My criteria for my desired library are:
- Work with .NET Core 3+
- Be well maintained
- Preferably have built-in support for Window creation cross-platform
- Have some working examples and/or documentation
I couldn't find any mature libraries specifically for F# but, as I understand interoperating with other .NET languages is straightforward enough in F#. Although I wasn't expecting much in F# I was surprised to find a lack of modern libraries in C# but to be fair .NET Core 3 has only just been released.
This was my first choice when I was initially looking around as it seemed the closest to OpenGL. However, it's maintained by a single person from what I can tell and seems to have stagnated somewhat. I also couldn't get the examples to run under .NET Core.
I discounted this one at first as I was under the impression it provided a higher level interface and although the windowing parts are pretty high level, it does have OpenGL bindings. Again, though I struggled to get the examples to run under .NET Core. There is a new version that is nearing completion but then I (re)discovered...
This library is still under development but it's moving fast and some of it's developers are from OpenTK. It seems modern and it's the only library whose example ran under .NET Core out of the box for me. Support and comms also seem top notch and the library is at Preview 3 stage as of writing this.
The only step not mentioned in the README is copying of the GLFW DLL to the project directory. However, it mentions this when it fails to run.
So I decided to try integrating Silk.NET with F#.
Trying out Silk.NET
Checking their announcements channel on discord they have a number of Nuget packages available.
I decided to test the library by converting the existing C# examples from Silk.NET GitHub repo into F#. See my repo for the full source code.
Here, I'll note down the steps I took and highlight a few issues I had on the way.
Creating the projects
I use Paket to manage my dependencies. I'm used to Node's NPM and Ruby's Rubygems so Paket felt natural. However, I've found it to be a little tougher to get started with, mainly due to the multiple ways in which it can be used. Fortunately, if you stick with .NET Core 3 it's relatively straightforward.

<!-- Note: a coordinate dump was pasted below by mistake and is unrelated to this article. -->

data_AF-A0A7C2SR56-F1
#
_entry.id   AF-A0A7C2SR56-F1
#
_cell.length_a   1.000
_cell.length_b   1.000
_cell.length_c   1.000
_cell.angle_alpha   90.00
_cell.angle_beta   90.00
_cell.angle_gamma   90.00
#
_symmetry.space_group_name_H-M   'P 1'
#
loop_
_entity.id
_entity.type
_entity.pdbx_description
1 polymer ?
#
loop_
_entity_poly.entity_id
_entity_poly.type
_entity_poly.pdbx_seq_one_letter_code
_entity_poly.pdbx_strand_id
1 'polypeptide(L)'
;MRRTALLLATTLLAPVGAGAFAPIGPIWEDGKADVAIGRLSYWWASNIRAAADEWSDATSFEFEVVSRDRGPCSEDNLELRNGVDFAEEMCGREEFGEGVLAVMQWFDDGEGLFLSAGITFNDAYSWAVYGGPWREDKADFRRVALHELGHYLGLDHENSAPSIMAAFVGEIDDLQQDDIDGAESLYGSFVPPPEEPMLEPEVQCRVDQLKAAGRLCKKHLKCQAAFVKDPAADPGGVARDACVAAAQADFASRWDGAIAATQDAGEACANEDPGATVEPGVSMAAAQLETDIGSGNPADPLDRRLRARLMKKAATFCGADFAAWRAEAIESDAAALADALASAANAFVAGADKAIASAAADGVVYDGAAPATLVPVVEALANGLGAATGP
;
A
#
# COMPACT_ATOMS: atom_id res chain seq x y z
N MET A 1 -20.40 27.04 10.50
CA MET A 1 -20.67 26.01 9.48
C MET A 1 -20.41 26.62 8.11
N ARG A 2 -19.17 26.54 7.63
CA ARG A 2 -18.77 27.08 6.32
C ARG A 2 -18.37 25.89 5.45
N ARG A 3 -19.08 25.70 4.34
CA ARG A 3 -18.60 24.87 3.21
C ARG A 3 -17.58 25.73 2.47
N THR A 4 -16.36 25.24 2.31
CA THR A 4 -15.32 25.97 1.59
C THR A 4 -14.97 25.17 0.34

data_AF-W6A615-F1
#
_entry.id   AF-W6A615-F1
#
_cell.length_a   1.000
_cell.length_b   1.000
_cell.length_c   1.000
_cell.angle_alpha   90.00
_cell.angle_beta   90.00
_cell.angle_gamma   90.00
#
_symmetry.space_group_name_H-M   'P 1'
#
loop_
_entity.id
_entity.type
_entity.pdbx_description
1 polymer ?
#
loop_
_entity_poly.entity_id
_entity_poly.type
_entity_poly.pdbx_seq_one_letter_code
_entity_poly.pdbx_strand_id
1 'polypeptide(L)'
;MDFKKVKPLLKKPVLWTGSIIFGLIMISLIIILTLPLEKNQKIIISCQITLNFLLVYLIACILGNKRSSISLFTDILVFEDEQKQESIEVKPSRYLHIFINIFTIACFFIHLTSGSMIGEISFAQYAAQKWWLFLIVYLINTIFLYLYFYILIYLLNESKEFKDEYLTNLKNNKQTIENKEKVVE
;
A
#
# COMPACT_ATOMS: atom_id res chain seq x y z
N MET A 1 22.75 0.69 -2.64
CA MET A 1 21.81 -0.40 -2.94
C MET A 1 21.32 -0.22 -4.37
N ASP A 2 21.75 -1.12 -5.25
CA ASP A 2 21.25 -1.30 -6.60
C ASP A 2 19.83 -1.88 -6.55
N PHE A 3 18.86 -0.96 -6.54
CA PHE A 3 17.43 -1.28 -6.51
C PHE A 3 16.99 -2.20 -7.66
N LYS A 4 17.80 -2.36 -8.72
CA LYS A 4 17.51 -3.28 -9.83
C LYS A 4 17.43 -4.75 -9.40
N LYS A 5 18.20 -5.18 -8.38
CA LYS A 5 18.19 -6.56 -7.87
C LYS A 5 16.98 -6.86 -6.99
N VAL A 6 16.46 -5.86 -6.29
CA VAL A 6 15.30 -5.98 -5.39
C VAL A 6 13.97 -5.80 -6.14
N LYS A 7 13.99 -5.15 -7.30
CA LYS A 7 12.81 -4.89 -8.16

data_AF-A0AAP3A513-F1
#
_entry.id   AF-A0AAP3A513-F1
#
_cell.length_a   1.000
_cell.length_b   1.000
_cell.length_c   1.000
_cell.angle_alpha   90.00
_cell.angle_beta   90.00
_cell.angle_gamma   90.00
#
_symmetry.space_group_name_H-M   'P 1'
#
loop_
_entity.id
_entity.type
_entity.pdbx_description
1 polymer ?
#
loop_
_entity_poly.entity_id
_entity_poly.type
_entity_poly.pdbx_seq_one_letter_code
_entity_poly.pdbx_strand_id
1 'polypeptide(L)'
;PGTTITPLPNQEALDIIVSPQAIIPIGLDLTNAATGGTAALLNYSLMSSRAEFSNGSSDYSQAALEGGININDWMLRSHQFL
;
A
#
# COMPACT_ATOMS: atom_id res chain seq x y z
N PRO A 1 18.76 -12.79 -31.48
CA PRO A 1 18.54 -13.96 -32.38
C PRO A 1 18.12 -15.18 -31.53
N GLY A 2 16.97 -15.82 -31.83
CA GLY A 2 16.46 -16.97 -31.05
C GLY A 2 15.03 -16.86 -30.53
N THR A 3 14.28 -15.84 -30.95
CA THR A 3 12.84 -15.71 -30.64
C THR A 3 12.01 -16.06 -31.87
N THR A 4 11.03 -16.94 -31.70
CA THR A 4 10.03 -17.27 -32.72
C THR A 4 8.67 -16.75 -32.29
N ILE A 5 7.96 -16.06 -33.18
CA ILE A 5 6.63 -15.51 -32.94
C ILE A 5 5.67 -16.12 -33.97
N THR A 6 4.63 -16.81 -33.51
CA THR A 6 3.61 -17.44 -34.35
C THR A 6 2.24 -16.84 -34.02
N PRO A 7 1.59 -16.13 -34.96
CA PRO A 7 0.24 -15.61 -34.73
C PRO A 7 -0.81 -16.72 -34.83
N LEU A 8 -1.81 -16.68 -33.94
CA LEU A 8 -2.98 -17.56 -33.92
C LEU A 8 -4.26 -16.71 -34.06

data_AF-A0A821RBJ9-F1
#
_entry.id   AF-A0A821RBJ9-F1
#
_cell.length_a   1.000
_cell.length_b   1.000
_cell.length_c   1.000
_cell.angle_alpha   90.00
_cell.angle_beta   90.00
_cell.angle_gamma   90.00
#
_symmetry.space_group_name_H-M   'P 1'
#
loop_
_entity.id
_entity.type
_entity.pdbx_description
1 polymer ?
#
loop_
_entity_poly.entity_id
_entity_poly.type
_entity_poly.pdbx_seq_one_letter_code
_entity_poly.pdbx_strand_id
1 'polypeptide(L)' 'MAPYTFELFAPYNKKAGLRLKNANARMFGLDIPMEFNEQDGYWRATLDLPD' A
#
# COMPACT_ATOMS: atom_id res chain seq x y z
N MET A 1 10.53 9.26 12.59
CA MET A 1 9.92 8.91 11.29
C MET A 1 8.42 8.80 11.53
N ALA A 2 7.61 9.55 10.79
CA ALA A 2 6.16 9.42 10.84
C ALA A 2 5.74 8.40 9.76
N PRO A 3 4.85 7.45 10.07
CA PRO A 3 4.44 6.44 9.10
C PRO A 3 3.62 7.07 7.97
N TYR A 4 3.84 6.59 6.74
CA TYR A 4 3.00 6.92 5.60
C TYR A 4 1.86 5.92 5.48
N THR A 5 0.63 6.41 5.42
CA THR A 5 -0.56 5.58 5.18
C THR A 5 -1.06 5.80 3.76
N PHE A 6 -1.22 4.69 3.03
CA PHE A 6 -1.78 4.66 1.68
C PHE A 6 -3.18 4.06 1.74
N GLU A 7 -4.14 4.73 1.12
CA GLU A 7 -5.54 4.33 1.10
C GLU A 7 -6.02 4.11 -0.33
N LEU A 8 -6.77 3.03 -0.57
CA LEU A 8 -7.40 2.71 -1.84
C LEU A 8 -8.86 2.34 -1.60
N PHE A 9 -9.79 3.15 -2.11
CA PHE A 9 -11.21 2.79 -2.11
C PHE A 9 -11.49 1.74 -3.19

I started by using F# Interactive, however, I quickly ran into an issue with indirect dependencies not loading. There are some outstanding issues with .NET Core to fix this. After hacking together a workaround I eventually abandoned FSI and went with building a project as I'd need to do this anyway.
mkdir silk.net-examples-fsharp cd silk.net-examples-fsharp
Blank Window example nailed
We just need the Windowing package for this one.
mkdir blank_window cd blank_window dotnet new console -lang f# dotnet add package Silk.NET.Windowing -v 1.0.0-preview3
It went well. F# automatically handles
Action delegates if you pass them
though a lambda.
window.add_Move (fun position -> printfn "Moving %A" position)
Fun with pointers in the Triangle example
One little F# feature that tripped up a newbie like me was that declaring
a function without any parameters is actually declaring a value which gets
load was being evaluated before
was called. Adding an empty tuple (
let load () = ...) fixed the problem.
Another issue I ran into on this example was how to pass a void pointer
to a C# method. Getting a pointer to an array is straightforward with the
fixed keyword. However, this is typed to the original array type.
use floatPtr = fixed vertices
This is where I wish the documentation for F# Core library was more current
(ticket raised in docs.microsoft.com). It turns out the
function was added to F# 4.5 (See details).
I was then able to add:
let voidPtr = floatPtr |> NativePtr.toVoidPtr gl.BufferData(GLEnum.ArrayBuffer, size, voidPtr, GLEnum.StaticDraw)
Another thing that stumped me here was once I got the Triangle to display. It
wasn't displaying correctly. The left side looked correct but the right side
was flat against the right edge of the screen. This turned out to be the
size in F#. The default is 64-bit. So my conversion from C#
sizeof<float> should have been
sizeof<float32>. F# type inference
couldn't help me here as the points had, as previously mentioned, been
converted to a void pointer.
Better handling of Action delegates in the Input Test example
This one was easier to convert as I was getting the hang of things. One thing that looked a bit ugly to me though was having to wrap all the Action delegates in lambdas, especially when you want to use the function more than once. Fortunately, it's simple to move the lambda to the function declaration itself.
let mouseOnMouseUp = Action<IMouse, MouseButton>(fun m b -> ... )
Then it can be added to a listener like this: